Marlon Wayans likes to scare, but he wouldn’t tolerate someone attacking him on stage like Dave Chappelle was earlier this month at a comedy festival.
“It was crazy,” Wayans said in a brief interview with The Atlanta Journal-Constitution. “I love the way this guy got his ass kicked. He was like a pinata.”
Wayans spends a lot of time in Atlanta shooting Netflix movies. After the comedies “Naked” (2017) and “Sextuplets” (2019), last year he produced what is tentatively called “Boo! in the Atlanta metro.
He has a thing for horror and comedy, following the success of four “Scary Movie” films and two “A Haunted House” films. In “Boo!”, which is slated to debut this fall on Netflix, he plays the father of a rebellious teenage daughter, Sydney, played by “Stranger Things” star Priah Ferguson. She accidentally releases the spirit of Stingy Jack, the spirit of all the pumpkins, and as a result, the Halloween decorations come to life. She reluctantly works with her father to save the city and the world.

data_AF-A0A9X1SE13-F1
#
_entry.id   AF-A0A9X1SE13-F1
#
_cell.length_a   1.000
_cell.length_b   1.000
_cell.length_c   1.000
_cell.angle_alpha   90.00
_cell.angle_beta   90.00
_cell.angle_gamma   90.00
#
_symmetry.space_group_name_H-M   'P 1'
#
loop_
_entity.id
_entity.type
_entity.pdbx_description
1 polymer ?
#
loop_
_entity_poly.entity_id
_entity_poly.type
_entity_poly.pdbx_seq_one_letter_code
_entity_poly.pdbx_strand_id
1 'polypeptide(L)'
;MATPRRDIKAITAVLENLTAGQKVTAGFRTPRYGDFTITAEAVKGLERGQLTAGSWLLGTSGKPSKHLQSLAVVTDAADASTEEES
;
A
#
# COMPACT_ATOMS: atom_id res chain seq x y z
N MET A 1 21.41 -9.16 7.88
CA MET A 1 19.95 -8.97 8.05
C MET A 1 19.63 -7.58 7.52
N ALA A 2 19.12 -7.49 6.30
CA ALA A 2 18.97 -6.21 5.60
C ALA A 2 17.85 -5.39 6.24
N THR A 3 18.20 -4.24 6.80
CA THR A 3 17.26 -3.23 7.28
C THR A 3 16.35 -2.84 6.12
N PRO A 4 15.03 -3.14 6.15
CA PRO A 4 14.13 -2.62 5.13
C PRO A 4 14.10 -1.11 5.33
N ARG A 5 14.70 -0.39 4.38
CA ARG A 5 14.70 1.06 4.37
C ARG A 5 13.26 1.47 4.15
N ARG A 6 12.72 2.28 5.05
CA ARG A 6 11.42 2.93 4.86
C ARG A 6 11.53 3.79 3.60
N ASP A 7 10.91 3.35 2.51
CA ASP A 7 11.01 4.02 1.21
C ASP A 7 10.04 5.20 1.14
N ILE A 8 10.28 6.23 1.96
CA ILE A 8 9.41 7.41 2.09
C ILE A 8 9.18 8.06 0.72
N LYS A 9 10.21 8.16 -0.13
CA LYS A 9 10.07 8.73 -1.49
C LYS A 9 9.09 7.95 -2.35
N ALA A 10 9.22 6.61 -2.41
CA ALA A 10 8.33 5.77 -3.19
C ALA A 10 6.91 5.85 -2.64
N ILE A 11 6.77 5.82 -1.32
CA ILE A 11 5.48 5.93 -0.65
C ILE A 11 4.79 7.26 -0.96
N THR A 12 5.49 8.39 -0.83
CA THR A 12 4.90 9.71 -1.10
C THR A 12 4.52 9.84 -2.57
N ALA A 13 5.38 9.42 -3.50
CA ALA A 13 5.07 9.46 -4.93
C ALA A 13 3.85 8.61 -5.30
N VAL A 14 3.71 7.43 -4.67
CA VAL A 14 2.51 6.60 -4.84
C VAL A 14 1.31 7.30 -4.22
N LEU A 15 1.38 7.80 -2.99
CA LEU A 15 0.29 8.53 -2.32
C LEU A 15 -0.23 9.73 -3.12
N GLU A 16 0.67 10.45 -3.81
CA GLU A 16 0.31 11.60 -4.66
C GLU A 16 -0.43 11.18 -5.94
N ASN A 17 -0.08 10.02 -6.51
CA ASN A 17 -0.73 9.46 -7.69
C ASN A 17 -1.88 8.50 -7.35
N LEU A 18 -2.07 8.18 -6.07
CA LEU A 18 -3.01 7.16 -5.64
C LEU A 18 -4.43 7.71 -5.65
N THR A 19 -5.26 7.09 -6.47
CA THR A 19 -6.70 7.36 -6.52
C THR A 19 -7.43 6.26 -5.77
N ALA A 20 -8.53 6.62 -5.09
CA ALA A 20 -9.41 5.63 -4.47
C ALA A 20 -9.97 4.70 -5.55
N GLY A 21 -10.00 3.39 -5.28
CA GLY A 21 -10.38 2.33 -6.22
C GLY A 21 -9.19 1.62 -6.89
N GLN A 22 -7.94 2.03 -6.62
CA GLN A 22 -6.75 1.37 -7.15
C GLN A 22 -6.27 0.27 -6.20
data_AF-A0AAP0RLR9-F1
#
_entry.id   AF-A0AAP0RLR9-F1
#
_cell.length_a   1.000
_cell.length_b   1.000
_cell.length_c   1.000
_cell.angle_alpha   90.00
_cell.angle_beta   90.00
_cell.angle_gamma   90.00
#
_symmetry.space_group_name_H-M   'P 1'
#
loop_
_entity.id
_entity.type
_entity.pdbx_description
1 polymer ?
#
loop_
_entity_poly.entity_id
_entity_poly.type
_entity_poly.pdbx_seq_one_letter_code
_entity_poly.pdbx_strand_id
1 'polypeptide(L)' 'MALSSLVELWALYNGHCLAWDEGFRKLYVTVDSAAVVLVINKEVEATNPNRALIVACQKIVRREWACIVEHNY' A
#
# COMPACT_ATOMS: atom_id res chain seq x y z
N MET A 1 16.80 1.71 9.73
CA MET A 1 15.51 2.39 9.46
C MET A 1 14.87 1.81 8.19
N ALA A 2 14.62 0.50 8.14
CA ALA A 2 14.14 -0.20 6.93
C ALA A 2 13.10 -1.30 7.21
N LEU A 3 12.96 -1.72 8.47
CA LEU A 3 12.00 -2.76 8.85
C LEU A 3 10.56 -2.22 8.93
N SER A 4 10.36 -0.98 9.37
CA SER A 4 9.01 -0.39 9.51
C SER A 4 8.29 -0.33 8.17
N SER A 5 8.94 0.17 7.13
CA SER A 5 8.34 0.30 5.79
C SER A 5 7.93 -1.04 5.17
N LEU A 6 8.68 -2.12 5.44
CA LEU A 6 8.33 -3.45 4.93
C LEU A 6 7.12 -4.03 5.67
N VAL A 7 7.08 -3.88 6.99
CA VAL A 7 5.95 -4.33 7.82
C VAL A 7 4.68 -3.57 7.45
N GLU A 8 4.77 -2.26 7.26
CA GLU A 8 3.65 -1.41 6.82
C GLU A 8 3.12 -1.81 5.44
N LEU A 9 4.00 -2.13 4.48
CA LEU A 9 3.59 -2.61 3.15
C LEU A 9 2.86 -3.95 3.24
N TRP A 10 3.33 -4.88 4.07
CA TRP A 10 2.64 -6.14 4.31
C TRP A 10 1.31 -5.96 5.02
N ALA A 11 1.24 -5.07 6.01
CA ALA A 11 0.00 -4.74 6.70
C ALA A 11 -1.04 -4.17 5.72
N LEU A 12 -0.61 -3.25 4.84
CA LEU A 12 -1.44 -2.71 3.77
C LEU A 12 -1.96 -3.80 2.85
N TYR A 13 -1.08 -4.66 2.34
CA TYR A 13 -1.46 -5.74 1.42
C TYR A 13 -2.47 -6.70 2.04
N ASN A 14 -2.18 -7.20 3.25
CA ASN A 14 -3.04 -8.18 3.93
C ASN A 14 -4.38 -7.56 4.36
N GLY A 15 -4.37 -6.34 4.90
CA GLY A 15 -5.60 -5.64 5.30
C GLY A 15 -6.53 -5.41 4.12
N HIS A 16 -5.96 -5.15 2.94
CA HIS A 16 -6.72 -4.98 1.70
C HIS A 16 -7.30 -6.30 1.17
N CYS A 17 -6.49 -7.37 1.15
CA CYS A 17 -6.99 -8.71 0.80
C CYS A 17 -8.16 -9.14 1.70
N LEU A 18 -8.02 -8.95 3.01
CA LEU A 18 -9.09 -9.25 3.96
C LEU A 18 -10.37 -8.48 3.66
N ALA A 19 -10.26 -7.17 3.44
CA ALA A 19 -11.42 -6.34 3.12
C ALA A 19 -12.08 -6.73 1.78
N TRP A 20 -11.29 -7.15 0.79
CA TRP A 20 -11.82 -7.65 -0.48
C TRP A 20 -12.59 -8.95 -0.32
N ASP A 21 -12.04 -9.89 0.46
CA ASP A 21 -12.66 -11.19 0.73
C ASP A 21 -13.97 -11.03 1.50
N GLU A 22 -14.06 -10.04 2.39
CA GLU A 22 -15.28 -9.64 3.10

“I like to mix comedy and horror,” Wayans said. “You can do horror, comedy, tense, tense, scary, and then a joke.”
And he loves working with Netflix. “I like to work,” he said. “They appreciate that I have a huge international following.”
But it is not exclusive to them. After releasing a stand-up special with rival streaming service HBO Max last year, he recently hosted a stand-up special with them called “Marlon Wayans Presents: The Headliners.” The five rising stars are all yet-to-be-known comedy club headliners: DC Ervin, Tony Baker, Chaunté Wayans (Marlon’s niece), Sydney Castillo and Esau McGraw.
“I wanted to give them a bigger audience,” he said. “I love giving my friends a showcase.”
He’s proud that many of his movies, whether silly or satirical, remain perennial favorites and appeal to new generations, whether it’s the “Scary Movie” franchise, “White Chicks” or “Don’t Be a Menace.” . His films are largely critically-proof, with these six films alone grossing more than $540 million in domestic box office gross. They also became popular on DVD and basic cable.
“You look at them today, they’re still relevant,” Wayans said. “We’re not talking about a time. We’re talking about the spirit of the culture. It’s eternal.”